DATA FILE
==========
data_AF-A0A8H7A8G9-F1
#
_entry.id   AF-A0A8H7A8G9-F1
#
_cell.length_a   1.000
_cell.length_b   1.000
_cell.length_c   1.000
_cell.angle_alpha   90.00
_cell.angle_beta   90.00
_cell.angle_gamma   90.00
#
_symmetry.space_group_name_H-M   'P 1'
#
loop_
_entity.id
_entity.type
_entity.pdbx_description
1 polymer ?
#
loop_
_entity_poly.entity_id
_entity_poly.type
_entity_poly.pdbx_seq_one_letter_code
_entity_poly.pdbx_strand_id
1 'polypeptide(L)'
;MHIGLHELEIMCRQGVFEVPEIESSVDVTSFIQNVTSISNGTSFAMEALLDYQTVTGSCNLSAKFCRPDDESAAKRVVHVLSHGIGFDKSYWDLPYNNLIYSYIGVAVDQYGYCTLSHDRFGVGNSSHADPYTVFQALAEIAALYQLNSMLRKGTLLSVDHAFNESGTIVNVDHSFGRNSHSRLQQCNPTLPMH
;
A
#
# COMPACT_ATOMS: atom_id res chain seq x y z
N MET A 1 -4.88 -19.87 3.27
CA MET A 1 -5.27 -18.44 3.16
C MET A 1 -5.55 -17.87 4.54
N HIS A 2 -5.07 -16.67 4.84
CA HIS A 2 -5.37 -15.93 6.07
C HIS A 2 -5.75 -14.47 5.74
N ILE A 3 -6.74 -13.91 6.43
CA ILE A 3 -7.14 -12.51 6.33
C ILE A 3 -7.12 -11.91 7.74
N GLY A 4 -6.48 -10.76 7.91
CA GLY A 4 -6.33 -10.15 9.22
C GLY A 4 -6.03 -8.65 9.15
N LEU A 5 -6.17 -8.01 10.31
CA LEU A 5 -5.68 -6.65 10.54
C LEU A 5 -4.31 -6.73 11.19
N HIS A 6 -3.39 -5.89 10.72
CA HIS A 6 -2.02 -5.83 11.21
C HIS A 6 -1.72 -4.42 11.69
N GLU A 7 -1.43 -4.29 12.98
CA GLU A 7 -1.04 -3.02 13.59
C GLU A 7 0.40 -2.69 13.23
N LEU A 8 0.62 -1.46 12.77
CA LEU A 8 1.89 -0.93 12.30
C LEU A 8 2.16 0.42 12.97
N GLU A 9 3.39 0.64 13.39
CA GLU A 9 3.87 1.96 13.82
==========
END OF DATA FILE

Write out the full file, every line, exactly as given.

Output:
data_AF-A0A8H7A8G9-F1
#
_entry.id   AF-A0A8H7A8G9-F1
#
_cell.length_a   1.000
_cell.length_b   1.000
_cell.length_c   1.000
_cell.angle_alpha   90.00
_cell.angle_beta   90.00
_cell.angle_gamma   90.00
#
_symmetry.space_group_name_H-M   'P 1'
#
loop_
_entity.id
_entity.type
_entity.pdbx_description
1 polymer ?
#
loop_
_entity_poly.entity_id
_entity_poly.type
_entity_poly.pdbx_seq_one_letter_code
_entity_poly.pdbx_strand_id
1 'polypeptide(L)'
;MHIGLHELEIMCRQGVFEVPEIESSVDVTSFIQNVTSISNGTSFAMEALLDYQTVTGSCNLSAKFCRPDDESAAKRVVHVLSHGIGFDKSYWDLPYNNLIYSYIGVAVDQYGYCTLSHDRFGVGNSSHADPYTVFQALAEIAALYQLNSMLRKGTLLSVDHAFNESGTIVNVDHSFGRNSHSRLQQCNPTLPMH
;
A
#
# COMPACT_ATOMS: atom_id res chain seq x y z
N MET A 1 -4.88 -19.87 3.27
CA MET A 1 -5.27 -18.44 3.16
C MET A 1 -5.55 -17.87 4.54
N HIS A 2 -5.07 -16.67 4.84
CA HIS A 2 -5.37 -15.93 6.07
C HIS A 2 -5.75 -14.47 5.74
N ILE A 3 -6.74 -13.91 6.43
CA ILE A 3 -7.14 -12.51 6.33
C ILE A 3 -7.12 -11.91 7.74
N GLY A 4 -6.48 -10.76 7.91
CA GLY A 4 -6.33 -10.15 9.22
C GLY A 4 -6.03 -8.65 9.15
N LEU A 5 -6.17 -8.01 10.31
CA LEU A 5 -5.68 -6.65 10.54
C LEU A 5 -4.31 -6.73 11.19
N HIS A 6 -3.39 -5.89 10.72
CA HIS A 6 -2.02 -5.83 11.21
C HIS A 6 -1.72 -4.42 11.69
N GLU A 7 -1.43 -4.29 12.98
CA GLU A 7 -1.04 -3.02 13.59
C GLU A 7 0.40 -2.69 13.23
N LEU A 8 0.62 -1.46 12.77
CA LEU A 8 1.89 -0.93 12.30
C LEU A 8 2.16 0.42 12.97
N GLU A 9 3.39 0.64 13.39
CA GLU A 9 3.87 1.96 13.82